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Warming The World: Michigan Startup Warmilu Proves Doing Good Isn't Just For Nonprofits

Warming The World: Michigan Startup Warmilu Proves Doing Good Isn't Just For Nonprofits

Who said humanitarian work had to be free?

“A lot of people think by doing good you have to be a nonprofit, or the doing good part of your business is the revenue loss driver,”Warmilu CEO Grace Hsia told Benzinga. “As it turns out, we’ve been able to sell infant warming blankets profitably for warming management to medical device distributors who distribute in east and central Africa.”

Hsia’s for-profit venture aims to save preterm infants in resource-scarce settings with new thermal technologies — and build the bank in the meantime.

“When our team looks at our goal as a company, even though there’s a social good aspect, which I think a lot of people focus on and it’s the driver behind why I do what I do, our goal is to become the most innovative non-electric warming technology company around the globe,” she said.

So far, Hsia’s found a way to do good while doing well. At 27, she’s already made Forbes’ 30 Under 30 in manufacturing.

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The Money-Making Mission

Hsia says it’s because she’s mission-oriented.

“When you’re working on a startup, one of the very first things you realize is there’s going to be highs and lows, and you’re going to need to have a really good reason, a passion to get you through,” Hsia said. “My passion came from the fact that I had been born one month preterm, and if not for the first 11 days that I spent in an incubator, I would have died.”

When Hsia learned 1 million infants die annually from hypothermia, she was struck.

“I remember feeling a shiver because I had been fortunate to be born in the U.S., but I thought to myself, I could’ve been one of those infants born in a resource-scarce setting, where even a baby who is born one month preterm might pass away from lack of basic infrastructure and resources beyond warming to provide care,” Hsia said. “I felt like my life had come full circle.”

She began working on the technology for her material science engineering capstone at the University of Michigan in 2011.

The Benevolent Business

Now, with a 10-person staff and 2,000-square-foot production facility, Ann Arbor-based Warmilu develops, produces and sells blankets with wireless, battery-less heat packs. The patented, phase-change solution stores latent heat energy captured through boiling, and it generates warmth for five to eight hours more than 100 times.

The painstaking design was as charitable as the corporate mission. Warmilu sources all materials from the U.S. and ensures that they’re low-cost and medical or food grade for clients in unstable, resource-scarce or violent settings.

“We right from the beginning made sure everything was non-toxic and food grade so you can technically cut open a pack and drink the materials and not be harmed from it,” Hsia said. “In addition, none of the materials can actually be used to make anything like a destructive weapon. We really were thoughtful about our material selection.”

The U.S. Food and Drug Administration recently approved the technology for adult warming, while clearance for pediatric use — already achieved in Kenya — is in the works domestically.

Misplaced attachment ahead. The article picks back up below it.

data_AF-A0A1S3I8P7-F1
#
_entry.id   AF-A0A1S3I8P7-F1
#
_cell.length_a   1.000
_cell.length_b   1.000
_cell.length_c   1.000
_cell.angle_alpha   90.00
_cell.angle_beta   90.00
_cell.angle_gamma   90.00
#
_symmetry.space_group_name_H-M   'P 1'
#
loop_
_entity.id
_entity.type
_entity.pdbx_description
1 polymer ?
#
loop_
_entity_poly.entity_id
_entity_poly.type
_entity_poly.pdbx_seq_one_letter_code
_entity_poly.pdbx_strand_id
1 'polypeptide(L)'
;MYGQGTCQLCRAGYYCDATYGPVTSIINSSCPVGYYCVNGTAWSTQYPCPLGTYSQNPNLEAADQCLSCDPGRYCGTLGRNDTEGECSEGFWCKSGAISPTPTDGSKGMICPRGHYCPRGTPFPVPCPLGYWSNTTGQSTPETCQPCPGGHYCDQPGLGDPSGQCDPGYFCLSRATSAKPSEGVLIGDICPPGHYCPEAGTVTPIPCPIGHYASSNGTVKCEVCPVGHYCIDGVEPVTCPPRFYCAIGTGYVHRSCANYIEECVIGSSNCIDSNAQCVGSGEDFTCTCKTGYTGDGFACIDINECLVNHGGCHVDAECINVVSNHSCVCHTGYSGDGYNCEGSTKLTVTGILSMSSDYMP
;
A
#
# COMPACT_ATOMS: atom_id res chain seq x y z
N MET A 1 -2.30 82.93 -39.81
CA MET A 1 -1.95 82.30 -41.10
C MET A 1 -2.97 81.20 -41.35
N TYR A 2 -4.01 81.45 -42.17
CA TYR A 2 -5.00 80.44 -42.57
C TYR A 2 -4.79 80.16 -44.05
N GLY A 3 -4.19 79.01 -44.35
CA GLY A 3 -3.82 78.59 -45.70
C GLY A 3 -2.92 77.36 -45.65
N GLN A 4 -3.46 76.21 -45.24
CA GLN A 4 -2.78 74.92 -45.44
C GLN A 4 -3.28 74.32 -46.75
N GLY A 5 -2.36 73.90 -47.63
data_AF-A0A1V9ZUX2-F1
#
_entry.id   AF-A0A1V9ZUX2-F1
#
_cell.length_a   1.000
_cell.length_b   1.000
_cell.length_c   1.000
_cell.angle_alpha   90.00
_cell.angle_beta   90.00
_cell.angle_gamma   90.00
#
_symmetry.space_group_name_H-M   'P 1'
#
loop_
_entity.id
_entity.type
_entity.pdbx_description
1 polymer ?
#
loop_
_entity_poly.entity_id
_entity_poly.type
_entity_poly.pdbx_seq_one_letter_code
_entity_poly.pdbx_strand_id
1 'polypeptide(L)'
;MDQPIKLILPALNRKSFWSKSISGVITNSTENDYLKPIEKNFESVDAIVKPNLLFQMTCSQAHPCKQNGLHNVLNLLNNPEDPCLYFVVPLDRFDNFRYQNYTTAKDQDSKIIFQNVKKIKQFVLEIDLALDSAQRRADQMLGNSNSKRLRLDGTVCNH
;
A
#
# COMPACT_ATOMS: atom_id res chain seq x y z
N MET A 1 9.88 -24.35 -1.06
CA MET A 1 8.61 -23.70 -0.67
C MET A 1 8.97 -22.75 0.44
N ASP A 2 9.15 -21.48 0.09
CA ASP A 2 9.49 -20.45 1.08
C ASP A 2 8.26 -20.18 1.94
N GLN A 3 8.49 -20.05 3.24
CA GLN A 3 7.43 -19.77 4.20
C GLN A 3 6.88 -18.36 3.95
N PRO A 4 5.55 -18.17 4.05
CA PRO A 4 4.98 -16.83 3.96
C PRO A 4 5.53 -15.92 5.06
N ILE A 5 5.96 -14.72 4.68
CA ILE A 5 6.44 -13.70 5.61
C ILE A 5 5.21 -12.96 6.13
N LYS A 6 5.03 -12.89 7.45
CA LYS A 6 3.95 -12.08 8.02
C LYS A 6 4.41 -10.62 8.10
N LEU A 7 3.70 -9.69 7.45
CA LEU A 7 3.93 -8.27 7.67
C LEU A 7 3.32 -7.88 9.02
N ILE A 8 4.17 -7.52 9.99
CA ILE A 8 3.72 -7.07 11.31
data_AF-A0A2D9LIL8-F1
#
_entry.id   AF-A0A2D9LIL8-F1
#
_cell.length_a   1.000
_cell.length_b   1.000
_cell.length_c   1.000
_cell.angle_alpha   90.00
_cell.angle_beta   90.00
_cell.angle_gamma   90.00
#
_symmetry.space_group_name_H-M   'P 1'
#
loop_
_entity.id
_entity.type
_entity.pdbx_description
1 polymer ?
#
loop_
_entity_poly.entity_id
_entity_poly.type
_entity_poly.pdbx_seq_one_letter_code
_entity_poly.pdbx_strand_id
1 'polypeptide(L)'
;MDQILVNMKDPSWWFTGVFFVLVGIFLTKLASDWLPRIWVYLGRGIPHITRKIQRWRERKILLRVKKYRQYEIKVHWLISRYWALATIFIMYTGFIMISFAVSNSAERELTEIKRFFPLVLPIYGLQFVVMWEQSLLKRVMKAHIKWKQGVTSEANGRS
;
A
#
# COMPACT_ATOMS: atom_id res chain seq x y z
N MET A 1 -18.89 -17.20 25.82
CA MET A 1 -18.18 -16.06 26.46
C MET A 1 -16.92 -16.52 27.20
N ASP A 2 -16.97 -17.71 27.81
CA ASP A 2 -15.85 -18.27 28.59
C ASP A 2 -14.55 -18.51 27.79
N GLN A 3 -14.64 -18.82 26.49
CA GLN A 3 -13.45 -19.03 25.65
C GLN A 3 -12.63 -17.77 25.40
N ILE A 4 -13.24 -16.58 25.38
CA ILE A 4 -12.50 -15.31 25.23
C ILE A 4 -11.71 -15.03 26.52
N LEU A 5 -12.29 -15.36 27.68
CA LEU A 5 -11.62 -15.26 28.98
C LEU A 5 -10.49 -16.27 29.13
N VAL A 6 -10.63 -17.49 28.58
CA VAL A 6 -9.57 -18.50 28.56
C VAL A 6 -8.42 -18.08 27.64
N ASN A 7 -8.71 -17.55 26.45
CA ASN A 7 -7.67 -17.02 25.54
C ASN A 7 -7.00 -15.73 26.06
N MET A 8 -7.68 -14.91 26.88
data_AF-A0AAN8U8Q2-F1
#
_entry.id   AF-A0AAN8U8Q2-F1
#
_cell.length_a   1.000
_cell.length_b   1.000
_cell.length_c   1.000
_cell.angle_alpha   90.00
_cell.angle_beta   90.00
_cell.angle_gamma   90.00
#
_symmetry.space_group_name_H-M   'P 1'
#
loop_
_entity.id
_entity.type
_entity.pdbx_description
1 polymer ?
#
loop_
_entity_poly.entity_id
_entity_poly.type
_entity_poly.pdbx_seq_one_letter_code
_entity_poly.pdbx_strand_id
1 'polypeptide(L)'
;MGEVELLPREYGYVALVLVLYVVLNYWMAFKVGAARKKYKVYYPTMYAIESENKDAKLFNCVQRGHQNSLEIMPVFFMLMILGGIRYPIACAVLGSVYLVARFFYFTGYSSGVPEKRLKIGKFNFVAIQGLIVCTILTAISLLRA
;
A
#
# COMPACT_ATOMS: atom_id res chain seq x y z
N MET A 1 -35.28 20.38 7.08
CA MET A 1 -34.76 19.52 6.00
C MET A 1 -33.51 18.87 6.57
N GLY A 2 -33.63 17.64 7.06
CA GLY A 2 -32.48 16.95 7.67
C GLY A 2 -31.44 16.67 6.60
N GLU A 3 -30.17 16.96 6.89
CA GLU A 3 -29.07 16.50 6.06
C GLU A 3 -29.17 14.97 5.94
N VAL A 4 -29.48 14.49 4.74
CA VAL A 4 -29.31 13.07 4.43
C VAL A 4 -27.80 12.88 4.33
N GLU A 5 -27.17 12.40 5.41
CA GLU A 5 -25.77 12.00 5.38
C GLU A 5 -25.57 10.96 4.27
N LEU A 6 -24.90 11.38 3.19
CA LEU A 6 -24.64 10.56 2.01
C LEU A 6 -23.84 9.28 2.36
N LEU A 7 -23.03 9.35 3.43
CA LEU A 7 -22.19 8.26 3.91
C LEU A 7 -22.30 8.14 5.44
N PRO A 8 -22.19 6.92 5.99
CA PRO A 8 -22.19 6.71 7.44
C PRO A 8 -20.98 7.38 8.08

The Market Opportunity

The initial impetus for the business presents a significant revenue opportunity.

“Over 1 million infants die annually of hypothermia-related causes of the 15 to 20 million preterm infants who are born annually,” Hsia said. “Around the globe, you’re looking at a multi-hundreds of millions of dollars opportunity that’s specifically related to infant preterm hypothermia warming.”

And that’s just one use case.

Considering opportunities for adult pain management and patient transport, as well as stadium and hunting seat cushions, Hsia cited a $2.8-billion global market for adult and infant warming, with the greatest opportunity in North America.

“Direct-to-consumer warming is projected to be anywhere from a $1-to-$3-billion market size, because if you look, there are definitely more practitioners looking for non-opioid ways of pain management at home,” Hsia said.

Warmilu is looking to sell to both medical device distributors and hospital networks domestically and, through Relief for Africa, is targeting hospitals and government agencies in the resource-scarce settings of Kenya, Rwanda, Burundi, Somalia and others. The latter region has contributed the bulk of Warmilu’s $110,000 in total sales, while just 5 percent came from the U.S.

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The Path To Profitability

And those sales supplement funding from grants ($160,000), co-founder financing ($40,000) and angel investments ($220,000).

“When you look at the company as a whole, yes we are a for-profit, yes we are profitable in our sales,” Hsia said. “We’re not a charity.”

The firm is also in its first round of financing, which it intends to close with $780,000 in the form of a convertible note or simple agreement for future equity. With the extra cash, Warmilu plans to hit the ground running.

“Next year we’re aiming for about $500,000 in revenue, and then the year after, we’re aiming for closer to $1 million in revenue with the current pipeline that we have in place,” Hsia said.

Near-term goals include payroll expansion and the advancement of a non-metallic activator and microwaveable pack. The so-called “universal pack” has been in the works for three years and is expected to be completed by early 2019.


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